Greater City Providence

Local News & Notes


Proposed South Street Landing parking garage. Rendering by Spagnolo Gisness & Associates, Inc.

I’ve been quite busy offline the last few weeks. Here’s a selection of local stories I’ve been trying to catch myself up on: New MBTA ‘bullet trains’ will get riders from Worcester to Boston in less than an hour

Riding the rails from Worcester to Boston should take less time come May. Lt. Gov. Karyn Polito on Wednesday announced the addition of a non-stop bullet train and two additional express trains on the Worcester/Framingham line.

“This is a game changer,” Polito said, referring to it as a quality of life issue. “For the first time ever, a non-stop train leaves Worcester and arrives in Boston in less than an hour.

Can the Providence line haz ‘bullet trains’ too pleaz?

The Providence Journal Fed-ordered drainage work will cost RIDOT $112 million

Faced with a consent decree requiring it to comply with federal clean water rules, the Rhode Island Department of Transportation has budgeted $112 million over the next decade to clean and repair its ailing network of drainage systems around the state.

DOT director Peter Alviti said the state agency plans to annually spend between $6.6 million and $16.8 million on drainage improvements as part of its 10-year strategic plan in a bid to correct years of inaction and reduce the amount of polluted stormwater that flows into Narragansett Bay and other local water bodies from state roads.

Look back to 2013 when Save The Bay highlighted the issue that surface run-off, not sewer overflow was what was most contributing to beach closures that year. RIDOT didn’t even know where it’s run-off was coming from, while we, the Narragansett Bay Commission rate-payers, are paying crazy sewer bills for a giant pipe to hold our poo.

The Providence Journal R.I. to pay $360,000 a year for parking at nursing education center in Providence

The state will pay the owner of South Street Landing $360,000 annually for parking spaces for people using the Nursing Education Center that will be part of the development along the Providence River.


The fees are scheduled to rise to approximately $470,000 annually in the seventh year of the lease, according to J. Vernon Wyman, a URI official. However, the fees will adjust over time to reflect fair market value.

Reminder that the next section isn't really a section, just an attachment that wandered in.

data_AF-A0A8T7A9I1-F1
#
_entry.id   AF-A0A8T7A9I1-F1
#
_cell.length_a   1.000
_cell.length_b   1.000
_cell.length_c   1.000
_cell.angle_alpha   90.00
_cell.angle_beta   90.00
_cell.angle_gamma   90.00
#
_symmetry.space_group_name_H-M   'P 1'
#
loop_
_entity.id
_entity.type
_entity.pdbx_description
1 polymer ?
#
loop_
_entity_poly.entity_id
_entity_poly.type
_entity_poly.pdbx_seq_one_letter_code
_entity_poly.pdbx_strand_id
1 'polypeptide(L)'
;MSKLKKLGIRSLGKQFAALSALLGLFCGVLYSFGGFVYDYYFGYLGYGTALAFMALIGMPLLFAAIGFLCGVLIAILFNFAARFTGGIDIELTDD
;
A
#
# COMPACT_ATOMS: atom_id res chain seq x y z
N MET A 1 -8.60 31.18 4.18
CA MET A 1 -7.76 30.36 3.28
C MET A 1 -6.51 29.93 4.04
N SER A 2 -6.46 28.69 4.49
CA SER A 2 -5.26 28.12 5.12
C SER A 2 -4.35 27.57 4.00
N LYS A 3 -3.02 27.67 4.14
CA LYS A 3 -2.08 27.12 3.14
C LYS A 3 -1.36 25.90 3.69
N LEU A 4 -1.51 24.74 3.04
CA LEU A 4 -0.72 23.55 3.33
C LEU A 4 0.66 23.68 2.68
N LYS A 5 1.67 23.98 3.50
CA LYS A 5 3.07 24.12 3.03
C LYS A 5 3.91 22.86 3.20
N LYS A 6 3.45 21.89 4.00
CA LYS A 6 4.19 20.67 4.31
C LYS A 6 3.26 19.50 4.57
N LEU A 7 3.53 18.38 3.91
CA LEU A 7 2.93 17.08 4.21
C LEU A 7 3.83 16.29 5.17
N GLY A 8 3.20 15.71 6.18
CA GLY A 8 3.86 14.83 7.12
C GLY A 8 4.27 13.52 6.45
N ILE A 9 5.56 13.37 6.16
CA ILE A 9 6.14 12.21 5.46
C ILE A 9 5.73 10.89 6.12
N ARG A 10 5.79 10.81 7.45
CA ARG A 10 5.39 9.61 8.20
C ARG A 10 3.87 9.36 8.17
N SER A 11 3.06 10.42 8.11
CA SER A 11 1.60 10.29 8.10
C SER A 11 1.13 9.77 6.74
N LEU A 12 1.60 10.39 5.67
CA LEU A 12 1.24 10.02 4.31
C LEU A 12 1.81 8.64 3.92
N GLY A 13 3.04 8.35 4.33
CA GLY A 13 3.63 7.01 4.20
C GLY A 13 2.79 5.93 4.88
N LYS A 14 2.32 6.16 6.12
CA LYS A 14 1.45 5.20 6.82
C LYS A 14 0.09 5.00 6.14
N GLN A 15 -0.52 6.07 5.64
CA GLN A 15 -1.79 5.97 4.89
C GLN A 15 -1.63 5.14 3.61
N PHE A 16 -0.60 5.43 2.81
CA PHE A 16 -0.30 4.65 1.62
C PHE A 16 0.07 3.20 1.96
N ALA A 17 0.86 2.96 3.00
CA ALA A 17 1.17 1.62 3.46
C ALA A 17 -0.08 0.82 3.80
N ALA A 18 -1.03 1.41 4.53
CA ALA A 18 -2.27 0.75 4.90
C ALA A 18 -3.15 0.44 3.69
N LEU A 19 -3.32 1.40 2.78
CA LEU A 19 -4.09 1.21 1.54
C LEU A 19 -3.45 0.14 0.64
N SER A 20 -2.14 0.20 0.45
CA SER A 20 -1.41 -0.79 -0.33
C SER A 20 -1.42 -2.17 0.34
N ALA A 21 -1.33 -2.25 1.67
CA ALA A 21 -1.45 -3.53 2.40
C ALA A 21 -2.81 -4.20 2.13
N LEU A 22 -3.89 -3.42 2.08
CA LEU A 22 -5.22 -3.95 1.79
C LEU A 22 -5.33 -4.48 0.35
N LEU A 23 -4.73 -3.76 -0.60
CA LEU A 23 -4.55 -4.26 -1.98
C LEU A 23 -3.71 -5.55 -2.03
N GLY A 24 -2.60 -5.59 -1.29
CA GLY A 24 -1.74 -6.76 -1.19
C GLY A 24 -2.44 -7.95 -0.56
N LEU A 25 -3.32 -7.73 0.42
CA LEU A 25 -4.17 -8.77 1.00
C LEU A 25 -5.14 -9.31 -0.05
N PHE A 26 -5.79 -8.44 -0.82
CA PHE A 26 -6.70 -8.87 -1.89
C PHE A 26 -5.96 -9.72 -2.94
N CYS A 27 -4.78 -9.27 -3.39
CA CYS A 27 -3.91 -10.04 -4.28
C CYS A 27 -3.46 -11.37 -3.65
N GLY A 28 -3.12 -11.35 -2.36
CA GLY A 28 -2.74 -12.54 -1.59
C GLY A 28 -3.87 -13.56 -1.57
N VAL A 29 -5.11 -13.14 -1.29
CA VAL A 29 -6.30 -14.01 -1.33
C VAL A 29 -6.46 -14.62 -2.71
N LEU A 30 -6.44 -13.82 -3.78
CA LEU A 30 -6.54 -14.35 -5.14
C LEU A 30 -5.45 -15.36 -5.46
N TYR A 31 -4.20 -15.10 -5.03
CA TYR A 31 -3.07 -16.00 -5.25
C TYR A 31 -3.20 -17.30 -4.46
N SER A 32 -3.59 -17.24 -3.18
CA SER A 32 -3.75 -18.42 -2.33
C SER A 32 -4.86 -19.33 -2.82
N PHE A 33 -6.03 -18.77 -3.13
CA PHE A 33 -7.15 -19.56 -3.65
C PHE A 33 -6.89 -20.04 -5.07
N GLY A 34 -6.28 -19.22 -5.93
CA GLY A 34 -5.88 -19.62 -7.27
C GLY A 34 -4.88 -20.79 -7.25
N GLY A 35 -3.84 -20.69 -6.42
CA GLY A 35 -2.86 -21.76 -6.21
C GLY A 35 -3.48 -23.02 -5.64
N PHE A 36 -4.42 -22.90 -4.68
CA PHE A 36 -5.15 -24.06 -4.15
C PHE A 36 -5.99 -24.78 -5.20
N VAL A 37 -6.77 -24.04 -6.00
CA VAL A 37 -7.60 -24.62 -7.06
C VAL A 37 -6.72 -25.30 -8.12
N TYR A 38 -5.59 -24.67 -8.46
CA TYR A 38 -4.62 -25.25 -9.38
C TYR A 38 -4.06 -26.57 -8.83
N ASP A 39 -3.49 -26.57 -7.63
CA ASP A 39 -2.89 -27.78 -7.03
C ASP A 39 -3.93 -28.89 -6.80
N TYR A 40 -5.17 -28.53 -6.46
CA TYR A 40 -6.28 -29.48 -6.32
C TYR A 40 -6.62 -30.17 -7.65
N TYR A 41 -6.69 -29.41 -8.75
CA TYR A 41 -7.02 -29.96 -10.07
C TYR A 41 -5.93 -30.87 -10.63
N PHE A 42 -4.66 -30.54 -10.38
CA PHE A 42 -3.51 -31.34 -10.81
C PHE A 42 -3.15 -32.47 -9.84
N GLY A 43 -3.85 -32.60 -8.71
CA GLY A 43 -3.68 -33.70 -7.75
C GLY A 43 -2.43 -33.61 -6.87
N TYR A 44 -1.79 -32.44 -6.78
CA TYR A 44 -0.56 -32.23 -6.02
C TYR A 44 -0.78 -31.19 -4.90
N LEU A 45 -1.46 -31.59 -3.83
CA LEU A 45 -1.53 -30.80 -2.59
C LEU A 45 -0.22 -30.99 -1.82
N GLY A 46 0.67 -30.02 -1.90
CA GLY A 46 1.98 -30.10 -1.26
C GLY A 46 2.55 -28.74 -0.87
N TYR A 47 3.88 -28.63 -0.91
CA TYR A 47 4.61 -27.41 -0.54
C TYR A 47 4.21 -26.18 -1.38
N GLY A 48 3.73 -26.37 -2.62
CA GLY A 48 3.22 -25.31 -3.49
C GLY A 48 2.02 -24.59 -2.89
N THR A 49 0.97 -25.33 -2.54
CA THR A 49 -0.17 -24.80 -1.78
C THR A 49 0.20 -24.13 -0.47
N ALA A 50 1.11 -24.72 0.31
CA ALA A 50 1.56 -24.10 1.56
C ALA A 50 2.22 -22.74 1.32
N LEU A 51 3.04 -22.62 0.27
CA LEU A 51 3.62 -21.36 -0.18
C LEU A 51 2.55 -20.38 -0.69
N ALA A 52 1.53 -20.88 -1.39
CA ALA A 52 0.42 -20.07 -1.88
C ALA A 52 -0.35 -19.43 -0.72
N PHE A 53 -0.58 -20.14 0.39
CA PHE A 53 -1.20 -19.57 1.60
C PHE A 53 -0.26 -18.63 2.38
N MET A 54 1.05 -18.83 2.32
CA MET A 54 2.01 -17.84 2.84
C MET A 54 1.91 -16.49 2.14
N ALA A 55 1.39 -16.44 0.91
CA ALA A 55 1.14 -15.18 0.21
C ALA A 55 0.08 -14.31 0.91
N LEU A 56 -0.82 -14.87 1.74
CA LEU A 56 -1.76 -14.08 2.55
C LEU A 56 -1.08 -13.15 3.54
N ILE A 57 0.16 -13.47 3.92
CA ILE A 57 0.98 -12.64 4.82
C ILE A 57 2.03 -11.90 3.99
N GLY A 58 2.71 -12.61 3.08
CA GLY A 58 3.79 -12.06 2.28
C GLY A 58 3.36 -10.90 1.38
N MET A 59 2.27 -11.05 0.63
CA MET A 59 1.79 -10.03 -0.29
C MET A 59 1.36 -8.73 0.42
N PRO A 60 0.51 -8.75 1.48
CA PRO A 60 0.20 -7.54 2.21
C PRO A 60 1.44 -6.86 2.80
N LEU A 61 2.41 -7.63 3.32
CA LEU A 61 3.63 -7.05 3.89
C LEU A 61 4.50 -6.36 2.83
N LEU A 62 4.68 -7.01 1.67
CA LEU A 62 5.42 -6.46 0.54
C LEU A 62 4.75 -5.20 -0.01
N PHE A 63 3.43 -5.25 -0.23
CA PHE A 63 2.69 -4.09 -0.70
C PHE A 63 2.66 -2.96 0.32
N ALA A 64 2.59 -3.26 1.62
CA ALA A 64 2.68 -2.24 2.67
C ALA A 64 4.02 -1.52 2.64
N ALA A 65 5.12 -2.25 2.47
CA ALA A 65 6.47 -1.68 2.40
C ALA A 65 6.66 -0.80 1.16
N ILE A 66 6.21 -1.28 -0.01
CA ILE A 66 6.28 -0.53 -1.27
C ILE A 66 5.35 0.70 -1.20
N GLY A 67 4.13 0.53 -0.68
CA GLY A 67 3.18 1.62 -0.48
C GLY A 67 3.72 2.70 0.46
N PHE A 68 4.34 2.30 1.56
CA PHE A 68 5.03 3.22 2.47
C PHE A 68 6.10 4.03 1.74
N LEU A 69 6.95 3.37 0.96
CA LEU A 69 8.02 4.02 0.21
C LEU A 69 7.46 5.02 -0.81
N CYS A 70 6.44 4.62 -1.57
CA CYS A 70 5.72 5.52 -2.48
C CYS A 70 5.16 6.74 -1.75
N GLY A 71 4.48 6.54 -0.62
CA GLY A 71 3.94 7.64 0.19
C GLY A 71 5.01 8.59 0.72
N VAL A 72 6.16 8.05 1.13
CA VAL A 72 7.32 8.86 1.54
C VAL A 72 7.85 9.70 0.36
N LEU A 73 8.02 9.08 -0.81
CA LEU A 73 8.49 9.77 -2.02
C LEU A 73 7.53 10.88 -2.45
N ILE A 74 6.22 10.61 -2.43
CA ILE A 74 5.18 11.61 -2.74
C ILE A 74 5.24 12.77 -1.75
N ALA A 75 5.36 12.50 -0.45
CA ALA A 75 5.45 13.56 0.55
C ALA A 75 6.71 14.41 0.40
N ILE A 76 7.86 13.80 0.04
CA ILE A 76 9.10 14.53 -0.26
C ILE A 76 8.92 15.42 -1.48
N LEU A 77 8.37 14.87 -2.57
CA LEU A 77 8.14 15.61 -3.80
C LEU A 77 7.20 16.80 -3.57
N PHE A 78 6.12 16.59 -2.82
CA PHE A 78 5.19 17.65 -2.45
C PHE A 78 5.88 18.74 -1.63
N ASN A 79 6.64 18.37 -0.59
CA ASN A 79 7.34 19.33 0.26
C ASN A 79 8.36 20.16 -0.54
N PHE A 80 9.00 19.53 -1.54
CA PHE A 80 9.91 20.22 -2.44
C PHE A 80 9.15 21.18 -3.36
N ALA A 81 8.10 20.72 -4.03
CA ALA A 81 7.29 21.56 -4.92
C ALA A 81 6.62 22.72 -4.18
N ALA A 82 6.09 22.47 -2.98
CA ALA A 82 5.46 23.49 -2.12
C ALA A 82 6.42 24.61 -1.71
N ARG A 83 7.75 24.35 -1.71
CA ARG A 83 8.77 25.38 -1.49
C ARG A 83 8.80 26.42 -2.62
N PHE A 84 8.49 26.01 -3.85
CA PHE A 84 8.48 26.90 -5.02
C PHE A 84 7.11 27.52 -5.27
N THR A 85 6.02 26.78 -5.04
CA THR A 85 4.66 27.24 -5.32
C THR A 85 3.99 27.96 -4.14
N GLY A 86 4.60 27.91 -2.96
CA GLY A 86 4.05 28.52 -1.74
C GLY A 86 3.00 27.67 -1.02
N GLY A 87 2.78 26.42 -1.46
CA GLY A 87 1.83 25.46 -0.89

Where the headline says ‘R.I. to pay…’ that actually means we (you and I) will pay. The article does not state what the people actually parking their cars will pay, if anything.

WPRI Brown Univ. kicks off $3B campaign

Brown University has announced the beginning of the largest “comprehensive campaign” in the history of the university.

According to the school, the $3 billion campaign will “support investments in people, innovative education and research, and initiatives in campus infrastructure and student life.”

The campaign is being referred to as “BrownTogether.”

As Ted Nesi pointed out in his Saturday post, this is money largely coming from out-of-state donors being spent in-state. It is a great infusion of cash for our economy. Which I’m sure Brown will point our when the Providence City Council comes looking for more payments in lieu of taxes [see item #2] to help close the City’s projected deficit.

The Providence Journal Timeline pushed back for bridge, parks in Providence’s 195 development

The state Department of Transportation has about $15 million available to build a long-awaited pedestrian bridge and parks on either side of the Providence River, along the former Route 195 path through the city, but bridge construction isn’t expected to start until next summer and parks construction perhaps 18 months later.

Yet, in June 2014, DOT expected to put the bridge project out to bid in December 2014. The bridge would be completed by spring 2016, and parks by fall 2016, DOT then told the commission.

Bridge designs are 90 percent complete, DOT spokesman Charles St. Martin said Wednesday. That’s how far along designs were this time last year, when Bonnie Nickerson, now city planning director, told the commission the project was “ready to go out to bid” after four years of design work.

Does this remind anyone of any other RIDOT bridge project?

Jef Nickerson

Jef is Greater City Providence's co-founder, editor, and publisher. He grew up on Cape Cod and lived in Boston; Portland, Maine; and New York before settling in Providence. In addition to urbanism, Jef is interested in art, design, and ice cream. Please feel free to contact Jef if you have any question or comments about Greater City Providence.


  • Why would you have a bullet train go to the MBTA’s third busiest station (or sometimes fourth), when it’s not located in the Commonwealth?

  • Laughter is the appropriate response when someone tries to call a train that takes an hour to go 50 miles a BULLET.

    And cheer up, Jef! By those standards, we haz bullet train to Boston! Amtrak gets there in 42 minutes. Or you can pay $56 for the Acela and get there in 41!

  • Giant pipe indeed. Runoff is the reason for big spending by the Narragansett Bay Commission, but the rates still do not consider how much impermeable surface is on your property.

    The water in the bay was very noticeably cleaner last summer.

  • There should be a 30 minute (or less) Providence to Boston express train, at least every two hours, and running past 11:59PM (current last train to Providence from South Station). I can’t tell you the amount of times I have been stranded in Boston because the last commuter rail leaves at an obnoxiously early time. What about all the service industry workers that work in Boston but would prefer to pay less in rent and travel in?